Promoting entrepreneurship: Looking beyond ‘promoters’

August 10, 2021 6:15 AM

Tech unicorns, which now symbolise the new-age Indian business space, necessitate a relook of norms designed when family-owned businesses dominated

Currently, the tabulated disclosures and compliances are to be followed by promoters under the SEBI Regulations.Currently, the tabulated disclosures and compliances are to be followed by promoters under the SEBI Regulations.

By Saurabh Pramod Shah

Etymologically speaking, ‘promoter’ is derived from Latin promotor, which translates into ‘the one who forwards or advances some cause’. Thus, a promoter is someone who moves things forward. They take all the steps to form the company. Their contribution is significant in establishing the company. The word ‘promoter’ is also defined in the SEBI Regulations and the Companies Act, 2013.

The definition in Regulation 2 (1) (oo) of SEBI (Issue of Capital and Disclosure Requirement) Regulation 2018, is quite similar to the one in the Companies Act 2013, except for the fact that the SEBI definition states that a financial institution, scheduled commercial bank, FPIs other than individuals, and the other specified body corporates shall not be deemed to be promoters merely by holding 20% or more of the equity share capital unless they satisfy other requirements prescribed under the regulations.

In the US, the Securities Exchange Commission Rule 405(a) defines a promoter as a person who, acting alone or in conjunction with other persons, directly or indirectly takes the initiative in founding or organising the business enterprise.

The SEBI Act 1992 was framed with an intent to protect the investors, promote the development and regulation of the securities market, but considering the current entrepreneurship trends, the ease of doing business, should also be considered for a better participation in the securities market. Currently, the tabulated disclosures and compliances are to be followed by promoters under the SEBI Regulations.

Currently, the tabulated disclosures and compliances are to be followed by promoters under the SEBI Regulations.

These and other norms are to be followed extensively by the promoters. But, these regulations are cumbersome and affect promoter-participation in the economy. These regulations were framed in this manner because most of the businesses then were family-owned. Now, the ownership scenario has changed. A step towards adjusting to the current situation and focusing on the ‘control’ of the promoter is the need of the hour, as the ecosystem is going through a major change due to the start-up wave—witnessing significant departure from the family-run-enterprise days. Even though, the promoter is an instrumental element in the formation of the company, we cannot disagree with the fact that, in recent years, the corporate structure has seen a dramatic change.

SEBI had recently released a discussion paper suggesting various changes, specifically on the definition of the promoter against the backdrop of start-up ‘unicorns’ proposing to list on the stock exchange. The heavy burden on the promoters through various SEBI-mandated compliances is also considered in the discussion paper, as these start-ups have a substantial investment in the form of institutional investors and PE firms, leaving promoters with very little control over the company. It would be remiss if we did not also note that over the years, the contribution of the institutional investors has grown considerably in India’s capital market; thus, SEBI’s suggestion to include institutional investors in the definition of promoters is a welcome move that would help in better governance.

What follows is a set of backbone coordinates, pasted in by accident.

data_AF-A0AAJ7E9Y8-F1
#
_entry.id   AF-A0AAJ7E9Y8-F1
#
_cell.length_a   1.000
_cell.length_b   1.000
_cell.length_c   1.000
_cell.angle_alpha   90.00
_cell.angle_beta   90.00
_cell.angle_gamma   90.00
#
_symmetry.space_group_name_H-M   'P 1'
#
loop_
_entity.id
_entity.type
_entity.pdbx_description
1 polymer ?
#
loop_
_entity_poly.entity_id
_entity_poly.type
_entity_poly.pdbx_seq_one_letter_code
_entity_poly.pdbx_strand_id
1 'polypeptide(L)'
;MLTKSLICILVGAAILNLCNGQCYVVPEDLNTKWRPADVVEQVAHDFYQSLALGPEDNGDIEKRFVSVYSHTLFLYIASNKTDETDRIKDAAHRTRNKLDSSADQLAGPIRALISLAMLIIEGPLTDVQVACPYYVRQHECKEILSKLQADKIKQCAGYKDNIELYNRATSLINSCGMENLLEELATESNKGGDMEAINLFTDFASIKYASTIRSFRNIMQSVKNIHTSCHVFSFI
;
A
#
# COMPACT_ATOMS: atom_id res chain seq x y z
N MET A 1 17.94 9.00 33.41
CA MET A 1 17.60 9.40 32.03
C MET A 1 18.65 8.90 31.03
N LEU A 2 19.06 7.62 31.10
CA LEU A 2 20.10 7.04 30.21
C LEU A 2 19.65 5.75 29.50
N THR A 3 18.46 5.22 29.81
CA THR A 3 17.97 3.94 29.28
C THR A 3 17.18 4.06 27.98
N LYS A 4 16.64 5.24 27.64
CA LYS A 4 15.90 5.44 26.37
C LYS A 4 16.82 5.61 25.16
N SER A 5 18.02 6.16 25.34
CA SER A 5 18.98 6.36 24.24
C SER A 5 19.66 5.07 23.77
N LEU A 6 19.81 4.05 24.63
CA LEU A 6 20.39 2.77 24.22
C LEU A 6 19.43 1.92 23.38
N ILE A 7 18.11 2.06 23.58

It is pertinent to note that the new-generation companies, especially the unicorns, are are not family-run and, in many cases, do not have an identifiable promoter. The reason for this is that promoters of these start-ups have, over the years, diluted their equity over various rounds of funding. Various SEBI compliances required of promoters such as lock-in period, reclassification and penalties have become a cause for concern for these unicorns wishing to list on the bourses.

Of the mentioned provisions, the share lock-in requirement on promoters, after the public issue, is to be noted; it was framed to ensure that promoters take ownership of the working of the company and are connected to it in the long run. Today, the companies going public have a promoter-base that has worked hard over the years and matured the businesses’ profile. They see their holding as a means for leverage, to acquire funds in the market. Hence, the lock-in requirement should be relaxed by SEBI for these new-age start-ups.

The changing business environment demands a balanced approach in the laws governing the promoters. The challenge for the regulator would be to address the falling desire for being appointed a promoter. Currently, being appointed promoter is a one-way road as the shareholders are the deciding factor when the promoter wishes to reclassify themselves as a public shareholder. These promoters are not willing to bear the burden of the contraventions since they are not involved in the regular affairs of the company, apart from being named on the company documents as promoters. They are seen as primary culprits in contraventions related to the company. There are cases wherein the promoters, without being actively involved in the day-to-day activities of the company, have had to bear the burden and penalty of such contraventions.

Thus, SEBI must revisit the definition and ensuing onus of being regarded as a promoter and, hopefully, its discussion paper that focuses more on “person in control” rather than the promoter would pave the way for better governance in India.

Corporate advisor & company law consultant

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